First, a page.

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Companies Face Criticism In Campaign Against Rainforest Destruction

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Wildlife advocates say orangutans are losing their  habitats due to the destruction of rainforests.
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Wildlife advocates say orangutans are losing their habitats due to the destruction of rainforests.

In 1950, 12 percent of the Earth was covered by rainforests. Today, that number's been cut in half, and large corporations continue to cut down giant trees.

"When you go to Sumatra, you just see barge after barge after barge of trees just coming out of the forest," says David McLaughlin of the World Wildlife Fund.

He says orangutans are on the run because their forest homes are disappearing.

At the International Center for Animal Rescue in Borneo, veterinarian Carmela Llano-Sanchez helps care for 27 animals, many of them babies whose mothers were killed by loggers.

"These are only the ones that we have found. There are many more we don't find. There are many that die during the process. [For every one] that you see means at least one mother is dead because it's impossible to get a baby orangutan without killing the mother," Llano-Sanchez says.

Another vet, Charlottesville native Jenny Jaffe, recently helped care for a baby that was found on the jungle floor, dehydrated, malnourished and suffering from cerebral malaria.

"So it had convulsions and could not see, and I really thought she would not make it, but she got around-the clock care, and now she's doing a lot better. She eats like a horse. The sad thing is that she still cannot see. We tried putting her in the playground and she can climb. It's amazing," she says.

But because the baby is blind, she will never be released into the wild, and the vets frankly admit there are fewer and fewer places where orangutans can be safely released. Sumatran tigers are also in danger because of consumer demand for cheap paper made from rainforest trees.

"We are really making a trade off here between tigers or toilet paper," McLaughlin says.

And it turns out some of that toilet paper maybe manufactured in Virginia. Last year, the state spent $250,000 to lure Mercury Paper's headquarters to a site along I-81 in Strasburg. The company promised to create 150 jobs at its existing plant, and Gov. Bob McDonnell welcomed them, despite the fact that parent company, Shanghai-based Asia Pulp and Paper, had recently defaulted on billions of dollars in loans and still owed the U.S. government more than $50 million.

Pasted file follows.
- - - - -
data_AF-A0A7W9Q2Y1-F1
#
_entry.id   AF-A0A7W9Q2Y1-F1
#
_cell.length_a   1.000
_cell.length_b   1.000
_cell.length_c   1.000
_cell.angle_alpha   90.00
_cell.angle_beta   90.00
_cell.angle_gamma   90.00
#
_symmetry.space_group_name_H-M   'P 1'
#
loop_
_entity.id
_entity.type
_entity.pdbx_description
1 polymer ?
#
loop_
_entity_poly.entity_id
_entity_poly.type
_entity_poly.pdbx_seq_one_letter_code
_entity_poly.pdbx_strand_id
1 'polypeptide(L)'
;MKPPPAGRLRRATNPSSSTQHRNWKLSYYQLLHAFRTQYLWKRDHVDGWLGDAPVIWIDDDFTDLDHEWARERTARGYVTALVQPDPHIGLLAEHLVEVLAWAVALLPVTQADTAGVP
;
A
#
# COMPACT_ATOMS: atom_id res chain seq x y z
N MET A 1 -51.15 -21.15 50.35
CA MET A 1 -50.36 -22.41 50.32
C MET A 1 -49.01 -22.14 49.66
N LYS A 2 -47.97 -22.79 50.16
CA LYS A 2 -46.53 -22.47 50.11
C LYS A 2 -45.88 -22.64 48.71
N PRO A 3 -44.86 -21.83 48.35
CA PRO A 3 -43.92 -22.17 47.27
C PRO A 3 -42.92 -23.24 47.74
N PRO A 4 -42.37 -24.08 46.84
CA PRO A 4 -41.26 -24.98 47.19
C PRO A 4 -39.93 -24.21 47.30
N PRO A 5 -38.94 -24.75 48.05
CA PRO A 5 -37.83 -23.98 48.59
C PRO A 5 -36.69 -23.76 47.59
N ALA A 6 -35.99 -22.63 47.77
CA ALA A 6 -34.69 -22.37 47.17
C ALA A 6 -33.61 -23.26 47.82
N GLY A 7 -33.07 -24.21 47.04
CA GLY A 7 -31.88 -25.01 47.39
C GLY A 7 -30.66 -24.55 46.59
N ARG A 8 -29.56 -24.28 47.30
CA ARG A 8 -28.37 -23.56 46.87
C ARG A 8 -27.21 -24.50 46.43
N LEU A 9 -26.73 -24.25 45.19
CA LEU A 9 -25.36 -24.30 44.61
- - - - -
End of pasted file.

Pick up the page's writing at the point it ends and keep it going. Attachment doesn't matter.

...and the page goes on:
A sister company, which produces palm oil, recently promised to stop cutting down virgin forest after Greenpeace published the names of its customers: Kentucky Fried Chicken, Nestle, Unilever and other consumer brands. Now, the pressure is on Asia Pulp and Paper, with toymaker Mattel under fire for allegedly using APP's cheap packaging material from the rainforest.

Greenpeace launched its latest campaign with a viral video in which an animated Ken doll breaks up with Barbie after viewing pictures and video on a TV talk show.

Mattel says it's investigating and has told its suppliers to stop buying from Asia Pulp and Paper. Here in Virginia, Mercury Paper says its raw materials come from providers who plant over 1.5 million trees every day to supply a stream of renewable, eco-friendly fibers. No agency has verified that claim, and Mercury's CEO did not return our calls. On the ground in Indonesia, the environmental group Eyes on the Forest reports Asia Pulp and Paper has been unwilling to establish sustainable operations that don't rely on the clearance of natural forests.

Hausman went on a fact-finding trip with the International Reporting Project for this story.

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